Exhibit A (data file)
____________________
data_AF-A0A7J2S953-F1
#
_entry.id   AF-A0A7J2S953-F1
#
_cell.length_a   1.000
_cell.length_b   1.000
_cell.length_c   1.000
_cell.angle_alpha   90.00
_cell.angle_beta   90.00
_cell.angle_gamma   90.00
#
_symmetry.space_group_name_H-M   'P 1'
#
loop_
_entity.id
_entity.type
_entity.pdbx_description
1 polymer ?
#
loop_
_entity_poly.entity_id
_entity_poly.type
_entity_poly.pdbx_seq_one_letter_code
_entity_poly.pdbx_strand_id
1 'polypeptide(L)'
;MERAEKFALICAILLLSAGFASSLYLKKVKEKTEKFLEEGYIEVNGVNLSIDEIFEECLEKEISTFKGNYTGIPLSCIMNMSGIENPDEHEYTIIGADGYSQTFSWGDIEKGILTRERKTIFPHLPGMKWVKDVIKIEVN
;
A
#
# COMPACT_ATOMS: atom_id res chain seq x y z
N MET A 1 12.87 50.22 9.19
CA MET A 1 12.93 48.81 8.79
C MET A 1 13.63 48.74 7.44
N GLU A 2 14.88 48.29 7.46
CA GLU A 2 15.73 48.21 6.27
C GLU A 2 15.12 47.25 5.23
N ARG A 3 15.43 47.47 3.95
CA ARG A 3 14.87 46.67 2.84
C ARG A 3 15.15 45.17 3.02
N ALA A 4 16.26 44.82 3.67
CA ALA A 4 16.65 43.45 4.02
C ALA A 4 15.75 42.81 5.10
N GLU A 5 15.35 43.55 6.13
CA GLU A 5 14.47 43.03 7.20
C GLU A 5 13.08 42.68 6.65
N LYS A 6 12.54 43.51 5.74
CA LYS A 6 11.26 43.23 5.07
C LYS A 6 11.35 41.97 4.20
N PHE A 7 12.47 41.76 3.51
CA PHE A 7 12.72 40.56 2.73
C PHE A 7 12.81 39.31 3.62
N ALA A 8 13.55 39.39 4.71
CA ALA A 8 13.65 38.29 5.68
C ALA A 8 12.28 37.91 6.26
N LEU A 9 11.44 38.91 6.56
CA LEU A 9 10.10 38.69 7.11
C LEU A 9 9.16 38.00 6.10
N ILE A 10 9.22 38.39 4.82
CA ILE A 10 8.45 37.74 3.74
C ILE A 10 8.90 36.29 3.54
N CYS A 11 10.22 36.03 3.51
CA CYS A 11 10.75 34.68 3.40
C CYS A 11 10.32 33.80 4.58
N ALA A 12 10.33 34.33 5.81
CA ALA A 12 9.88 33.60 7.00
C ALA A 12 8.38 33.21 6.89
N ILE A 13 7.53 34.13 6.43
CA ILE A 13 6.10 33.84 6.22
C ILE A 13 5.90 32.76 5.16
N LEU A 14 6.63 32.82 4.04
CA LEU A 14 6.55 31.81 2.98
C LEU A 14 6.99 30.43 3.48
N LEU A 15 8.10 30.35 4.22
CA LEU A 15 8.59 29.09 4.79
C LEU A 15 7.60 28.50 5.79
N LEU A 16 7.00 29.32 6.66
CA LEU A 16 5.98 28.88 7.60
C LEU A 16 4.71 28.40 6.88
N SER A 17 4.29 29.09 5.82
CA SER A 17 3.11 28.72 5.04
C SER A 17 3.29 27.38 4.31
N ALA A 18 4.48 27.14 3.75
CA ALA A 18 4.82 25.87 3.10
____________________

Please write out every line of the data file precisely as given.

data_AF-A0A7J2S953-F1
#
_entry.id   AF-A0A7J2S953-F1
#
_cell.length_a   1.000
_cell.length_b   1.000
_cell.length_c   1.000
_cell.angle_alpha   90.00
_cell.angle_beta   90.00
_cell.angle_gamma   90.00
#
_symmetry.space_group_name_H-M   'P 1'
#
loop_
_entity.id
_entity.type
_entity.pdbx_description
1 polymer ?
#
loop_
_entity_poly.entity_id
_entity_poly.type
_entity_poly.pdbx_seq_one_letter_code
_entity_poly.pdbx_strand_id
1 'polypeptide(L)'
;MERAEKFALICAILLLSAGFASSLYLKKVKEKTEKFLEEGYIEVNGVNLSIDEIFEECLEKEISTFKGNYTGIPLSCIMNMSGIENPDEHEYTIIGADGYSQTFSWGDIEKGILTRERKTIFPHLPGMKWVKDVIKIEVN
;
A
#
# COMPACT_ATOMS: atom_id res chain seq x y z
N MET A 1 12.87 50.22 9.19
CA MET A 1 12.93 48.81 8.79
C MET A 1 13.63 48.74 7.44
N GLU A 2 14.88 48.29 7.46
CA GLU A 2 15.73 48.21 6.27
C GLU A 2 15.12 47.25 5.23
N ARG A 3 15.43 47.47 3.95
CA ARG A 3 14.87 46.67 2.84
C ARG A 3 15.15 45.17 3.02
N ALA A 4 16.26 44.82 3.67
CA ALA A 4 16.65 43.45 4.02
C ALA A 4 15.75 42.81 5.10
N GLU A 5 15.35 43.55 6.13
CA GLU A 5 14.47 43.03 7.20
C GLU A 5 13.08 42.68 6.65
N LYS A 6 12.54 43.51 5.74
CA LYS A 6 11.26 43.23 5.07
C LYS A 6 11.35 41.97 4.20
N PHE A 7 12.47 41.76 3.51
CA PHE A 7 12.72 40.56 2.73
C PHE A 7 12.81 39.31 3.62
N ALA A 8 13.55 39.39 4.71
CA ALA A 8 13.65 38.29 5.68
C ALA A 8 12.28 37.91 6.26
N LEU A 9 11.44 38.91 6.56
CA LEU A 9 10.10 38.69 7.11
C LEU A 9 9.16 38.00 6.10
N ILE A 10 9.22 38.39 4.82
CA ILE A 10 8.45 37.74 3.74
C ILE A 10 8.90 36.29 3.54
N CYS A 11 10.22 36.03 3.51
CA CYS A 11 10.75 34.68 3.40
C CYS A 11 10.32 33.80 4.58
N ALA A 12 10.33 34.33 5.81
CA ALA A 12 9.88 33.60 7.00
C ALA A 12 8.38 33.21 6.89
N ILE A 13 7.53 34.13 6.43
CA ILE A 13 6.10 33.84 6.22
C ILE A 13 5.90 32.76 5.16
N LEU A 14 6.63 32.82 4.04
CA LEU A 14 6.55 31.81 2.98
C LEU A 14 6.99 30.43 3.48
N LEU A 15 8.10 30.35 4.22
CA LEU A 15 8.59 29.09 4.79
C LEU A 15 7.60 28.50 5.79
N LEU A 16 7.00 29.32 6.66
CA LEU A 16 5.98 28.88 7.60
C LEU A 16 4.71 28.40 6.88
N SER A 17 4.29 29.09 5.82
CA SER A 17 3.11 28.72 5.04
C SER A 17 3.29 27.38 4.31
N ALA A 18 4.48 27.14 3.75
CA ALA A 18 4.82 25.87 3.10